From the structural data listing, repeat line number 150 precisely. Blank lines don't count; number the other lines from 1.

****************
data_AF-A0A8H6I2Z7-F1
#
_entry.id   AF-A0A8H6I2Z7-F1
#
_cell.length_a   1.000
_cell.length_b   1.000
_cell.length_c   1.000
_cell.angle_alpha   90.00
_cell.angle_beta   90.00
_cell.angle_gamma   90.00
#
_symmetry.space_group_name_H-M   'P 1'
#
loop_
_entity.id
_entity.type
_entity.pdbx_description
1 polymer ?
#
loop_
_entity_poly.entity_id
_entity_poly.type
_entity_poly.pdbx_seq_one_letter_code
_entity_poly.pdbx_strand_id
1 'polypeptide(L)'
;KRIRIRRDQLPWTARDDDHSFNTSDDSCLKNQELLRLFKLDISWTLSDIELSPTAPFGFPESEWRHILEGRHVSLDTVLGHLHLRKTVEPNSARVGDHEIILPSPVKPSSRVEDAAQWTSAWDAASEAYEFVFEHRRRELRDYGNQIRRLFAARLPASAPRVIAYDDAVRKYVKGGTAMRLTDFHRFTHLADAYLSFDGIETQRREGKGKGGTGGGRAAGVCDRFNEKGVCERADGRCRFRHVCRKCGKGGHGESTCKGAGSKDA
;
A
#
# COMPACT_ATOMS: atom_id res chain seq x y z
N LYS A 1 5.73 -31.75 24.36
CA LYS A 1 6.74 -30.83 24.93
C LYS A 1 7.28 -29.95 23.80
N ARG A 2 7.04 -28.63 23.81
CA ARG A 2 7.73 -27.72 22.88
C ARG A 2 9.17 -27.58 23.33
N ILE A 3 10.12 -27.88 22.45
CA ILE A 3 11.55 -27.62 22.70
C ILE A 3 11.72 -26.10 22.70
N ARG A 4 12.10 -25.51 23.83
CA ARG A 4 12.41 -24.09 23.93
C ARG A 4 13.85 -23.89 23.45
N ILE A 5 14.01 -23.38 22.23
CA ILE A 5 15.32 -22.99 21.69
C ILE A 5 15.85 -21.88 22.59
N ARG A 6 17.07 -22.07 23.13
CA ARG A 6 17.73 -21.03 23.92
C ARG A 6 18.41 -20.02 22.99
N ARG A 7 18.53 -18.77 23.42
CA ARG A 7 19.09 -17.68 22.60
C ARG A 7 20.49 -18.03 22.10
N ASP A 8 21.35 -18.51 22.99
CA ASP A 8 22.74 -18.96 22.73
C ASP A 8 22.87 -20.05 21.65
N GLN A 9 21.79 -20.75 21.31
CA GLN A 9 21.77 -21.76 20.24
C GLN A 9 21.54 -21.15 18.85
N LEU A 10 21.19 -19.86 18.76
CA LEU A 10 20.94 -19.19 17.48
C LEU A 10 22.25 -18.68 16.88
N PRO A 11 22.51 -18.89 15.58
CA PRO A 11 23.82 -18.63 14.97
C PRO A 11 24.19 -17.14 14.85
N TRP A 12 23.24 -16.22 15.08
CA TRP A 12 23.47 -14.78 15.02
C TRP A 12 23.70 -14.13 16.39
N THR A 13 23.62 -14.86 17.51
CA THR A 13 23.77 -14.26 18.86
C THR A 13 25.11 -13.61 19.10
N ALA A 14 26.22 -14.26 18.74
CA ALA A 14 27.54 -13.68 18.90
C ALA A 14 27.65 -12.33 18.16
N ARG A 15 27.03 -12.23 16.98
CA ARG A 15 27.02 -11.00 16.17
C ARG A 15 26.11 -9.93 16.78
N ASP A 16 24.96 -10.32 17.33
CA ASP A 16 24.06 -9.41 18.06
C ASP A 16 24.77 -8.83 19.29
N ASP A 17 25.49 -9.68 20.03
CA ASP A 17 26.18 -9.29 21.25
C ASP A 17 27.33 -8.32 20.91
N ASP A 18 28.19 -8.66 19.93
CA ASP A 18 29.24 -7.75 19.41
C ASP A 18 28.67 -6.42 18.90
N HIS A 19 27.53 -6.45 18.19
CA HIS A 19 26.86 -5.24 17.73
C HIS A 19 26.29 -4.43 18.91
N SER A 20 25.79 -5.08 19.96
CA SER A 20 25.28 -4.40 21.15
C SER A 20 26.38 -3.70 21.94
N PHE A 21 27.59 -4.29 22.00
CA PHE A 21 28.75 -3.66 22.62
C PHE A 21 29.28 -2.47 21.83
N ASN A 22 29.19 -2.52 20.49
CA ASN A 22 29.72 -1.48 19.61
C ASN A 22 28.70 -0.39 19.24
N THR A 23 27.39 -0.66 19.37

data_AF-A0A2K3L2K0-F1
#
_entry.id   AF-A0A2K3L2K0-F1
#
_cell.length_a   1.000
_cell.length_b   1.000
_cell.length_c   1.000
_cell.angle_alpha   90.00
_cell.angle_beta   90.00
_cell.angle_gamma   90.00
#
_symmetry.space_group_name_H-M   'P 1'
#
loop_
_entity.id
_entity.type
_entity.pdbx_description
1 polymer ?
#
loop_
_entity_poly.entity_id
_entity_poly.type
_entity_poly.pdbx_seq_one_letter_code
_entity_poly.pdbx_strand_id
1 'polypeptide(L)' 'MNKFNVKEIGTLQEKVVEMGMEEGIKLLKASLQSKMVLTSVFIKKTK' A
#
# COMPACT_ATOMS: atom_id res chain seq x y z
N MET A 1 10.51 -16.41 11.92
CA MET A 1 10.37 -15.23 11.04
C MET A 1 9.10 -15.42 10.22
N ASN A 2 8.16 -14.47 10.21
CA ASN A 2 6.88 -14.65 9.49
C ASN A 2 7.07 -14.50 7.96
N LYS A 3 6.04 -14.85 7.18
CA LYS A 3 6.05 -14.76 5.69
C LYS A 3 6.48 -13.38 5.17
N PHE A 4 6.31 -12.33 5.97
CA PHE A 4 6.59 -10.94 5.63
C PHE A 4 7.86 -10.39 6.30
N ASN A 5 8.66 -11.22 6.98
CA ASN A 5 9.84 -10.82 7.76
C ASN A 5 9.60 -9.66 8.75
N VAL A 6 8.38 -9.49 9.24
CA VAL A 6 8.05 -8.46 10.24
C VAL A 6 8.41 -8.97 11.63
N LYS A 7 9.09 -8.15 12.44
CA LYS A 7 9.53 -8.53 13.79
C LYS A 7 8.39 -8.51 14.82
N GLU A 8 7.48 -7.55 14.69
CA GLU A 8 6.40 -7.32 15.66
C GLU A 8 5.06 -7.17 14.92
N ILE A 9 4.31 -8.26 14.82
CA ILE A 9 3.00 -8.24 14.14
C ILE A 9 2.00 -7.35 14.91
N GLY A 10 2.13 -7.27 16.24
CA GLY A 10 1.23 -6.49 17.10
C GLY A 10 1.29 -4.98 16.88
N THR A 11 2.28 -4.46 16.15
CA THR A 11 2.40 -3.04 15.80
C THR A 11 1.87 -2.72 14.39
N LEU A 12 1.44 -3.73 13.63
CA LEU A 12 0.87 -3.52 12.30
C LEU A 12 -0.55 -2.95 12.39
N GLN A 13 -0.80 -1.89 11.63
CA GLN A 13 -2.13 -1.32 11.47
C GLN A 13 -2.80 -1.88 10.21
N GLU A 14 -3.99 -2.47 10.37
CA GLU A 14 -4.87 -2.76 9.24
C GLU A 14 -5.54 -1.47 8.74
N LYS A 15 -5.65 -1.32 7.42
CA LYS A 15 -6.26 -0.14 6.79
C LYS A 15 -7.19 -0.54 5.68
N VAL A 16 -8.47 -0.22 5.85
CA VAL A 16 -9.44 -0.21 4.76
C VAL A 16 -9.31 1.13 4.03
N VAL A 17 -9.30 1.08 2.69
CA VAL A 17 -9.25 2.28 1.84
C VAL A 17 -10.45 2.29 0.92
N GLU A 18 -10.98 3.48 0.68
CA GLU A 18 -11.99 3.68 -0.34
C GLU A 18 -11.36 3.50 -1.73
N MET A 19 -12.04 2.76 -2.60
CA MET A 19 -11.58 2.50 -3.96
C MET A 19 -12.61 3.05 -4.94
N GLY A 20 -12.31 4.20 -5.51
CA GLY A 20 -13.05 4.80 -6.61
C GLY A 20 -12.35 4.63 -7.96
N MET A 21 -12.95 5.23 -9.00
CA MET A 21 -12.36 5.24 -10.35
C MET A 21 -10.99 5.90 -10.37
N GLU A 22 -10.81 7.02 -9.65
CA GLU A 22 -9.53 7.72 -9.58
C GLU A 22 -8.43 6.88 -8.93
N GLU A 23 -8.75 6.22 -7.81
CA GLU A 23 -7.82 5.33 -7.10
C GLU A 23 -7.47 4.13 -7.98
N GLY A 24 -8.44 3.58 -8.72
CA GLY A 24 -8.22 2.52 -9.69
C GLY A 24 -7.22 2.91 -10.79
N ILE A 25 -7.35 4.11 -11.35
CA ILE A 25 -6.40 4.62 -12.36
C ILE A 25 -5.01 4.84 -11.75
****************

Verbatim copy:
CA ILE A 9 3.00 -8.24 14.14